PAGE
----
You know how certain things in life are described as being “like riding a bicycle” in the sense that once you learn you never really forget it? Returning to BlackBerry, at least now, isn’t one of those things. Now, I know that the BlackBerry 10 platform is different from previous versions of BlackBerry, but there’s still enough similarities between the two that make you realize it’s still BlackBerry. With BlackBerry having been my main squeeze for a couple of years, I think I just assumed that this would be a trip down memory lane. Either my memories fail me, or this is a completely different experience.
It’s not necessarily a different experience in a good or a bad way. If I had to sum up my experience with the BlackBerry Q10 in the past week in just a few words, I would have to say that the experience has been neutral at best; it’s neither overwhelmingly good or bad. It just kind of is.
I mentioned that I was having trouble updating the firmware from 10.1 to 10.2, which was a pretty significant update. My OTA update wasn’t pushing through and the phone would not under any circumstances completely connect to my computer. It would charge, but it wouldn’t connect as a storage device. I checked drivers, updated drivers, changed cords, changed ports, nothing helped. BlackBerry Link didn’t help, either. Fortunately, the OTA finally did show up about two days later after continuous checking. Let me tell you, the update made quite a bit of difference in my experience now that I was able to easily (well, sort of easily) sideload the Android applications that I wanted to use on the BlackBerry, especially because now I could connect the BlackBerry with my computer. I don’t really know what happened, but I’m not going to spend my time trying to figure it out. All I know is that the software update solved my computer connection problems, because now I could get Snap.
With the Snap application, my BlackBerry experience went from ehh to not that bad. That being said, Snap still wasn’t a walk in the park to find. If you know what you’re looking for, it is, but “sideloading” applications is not exactly common knowledge. Snap is a sideloaded application that gives you access to Google’s Play Store (well, some of it) right from your phone. You can’t get anything you have to pay for and applications that use Google Services are technically available, but don’t seem to actually work. At least I have Netflix and Spotify, and both of those have been working out okay. On the application front, I’m just happy to have more options than BlackBerry World’s drab offerings. I think the 10.3 update will make things a lot less confusing for potential BlackBerry users given that the Amazon App Store, which is a modified version of the Google Play Store, will be readily available on BlackBerry 10 devices. Until then, this will have to do - and it’s easy to do, but it does take a bit of effort that most smartphones don't require.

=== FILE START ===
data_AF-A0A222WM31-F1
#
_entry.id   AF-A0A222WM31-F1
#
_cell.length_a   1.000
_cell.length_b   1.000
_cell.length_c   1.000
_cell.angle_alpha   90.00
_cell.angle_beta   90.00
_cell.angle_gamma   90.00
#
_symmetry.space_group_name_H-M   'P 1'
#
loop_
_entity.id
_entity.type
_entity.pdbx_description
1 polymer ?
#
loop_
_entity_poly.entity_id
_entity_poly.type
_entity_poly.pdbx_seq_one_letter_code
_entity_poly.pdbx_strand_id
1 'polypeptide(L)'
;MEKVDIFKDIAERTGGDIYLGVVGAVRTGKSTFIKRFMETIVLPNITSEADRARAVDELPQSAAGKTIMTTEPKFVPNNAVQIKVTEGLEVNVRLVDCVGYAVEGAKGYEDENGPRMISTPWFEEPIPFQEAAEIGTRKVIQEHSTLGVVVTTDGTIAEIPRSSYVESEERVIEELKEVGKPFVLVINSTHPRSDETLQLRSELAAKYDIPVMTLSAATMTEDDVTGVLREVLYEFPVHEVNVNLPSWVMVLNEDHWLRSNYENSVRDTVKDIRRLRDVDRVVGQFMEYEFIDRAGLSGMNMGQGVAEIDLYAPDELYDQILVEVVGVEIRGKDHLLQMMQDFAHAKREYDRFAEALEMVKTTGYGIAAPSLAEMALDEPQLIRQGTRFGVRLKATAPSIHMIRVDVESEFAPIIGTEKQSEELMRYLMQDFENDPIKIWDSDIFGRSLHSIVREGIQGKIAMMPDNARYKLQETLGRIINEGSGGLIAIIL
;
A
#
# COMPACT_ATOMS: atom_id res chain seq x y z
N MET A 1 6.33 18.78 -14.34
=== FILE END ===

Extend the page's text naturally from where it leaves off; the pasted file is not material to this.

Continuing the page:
Performance-wise the phone fares pretty well. It gets me through a day comfortably, but I think it’s also because I’m finding that I don’t use this phone as much as I normally do. I only use the phone for texts, e-mails, the occasional phone call, a little web browsing, and Facebook. It’s decent for all of those things, but going back to the BlackBerry form factor is a little more difficult that I remember. I think this might be the one case where I don’t prefer the smaller touchscreen, as it’s hard to edit things you may have mistyped. Perhaps the new BlackBerry Classic will make editing easier with the reintroduction of the trackpad, which the Q10 does not have.
Also, as much as I thought I would miss physical keyboards, it turns out they’re probably better left in the past for me. I type a lot slower than I remember with this keyboard. It’s not uncomfortable, just not... as efficient. I do like the satisfying click of the keys, though. Still, even without the fancy third party keyboards offered on iOS and Android, I was able to pump out entire novels on my iPhone 4S with ease; on the BlackBerry, I find that I’m trying to type with shorthand as much as possible. The satisfying click that I enjoy so much really works out the thumbs. If I type out novels on the physical keyboard like I do with virtual keyboards, I’ll have the most swollen hands in the world.
I will say that the gesture-based nature of BlackBerry 10 has really grown on me. Most of the time I can use my phone with just one hand with ease unless I’m typing something super long out. Otherwise, the swipe-y nature of BlackBerry 10 has become pretty natural. I was rocky when I first tried it out, but once you know what swipe does what it comes pretty naturally once a notification comes in. BlackBerry Hub is pretty handy, too. I’m taking to it a lot better than I thought I would as well, because I was initially afraid it would be like HTC’s BlinkFeed - which I never used.
Overall, it’s refreshing to experience something new and it’s good that the OS is slowly growing rather than wearing on me. There’s still a lot that BlackBerry 10 needs, and I’m not sure it will ever get there, but it’s not the worst operating system I’ve ever used and the Q10 is not a bad phone for the price you can buy it for now (mid $200 range for a new Q10 at some retailers).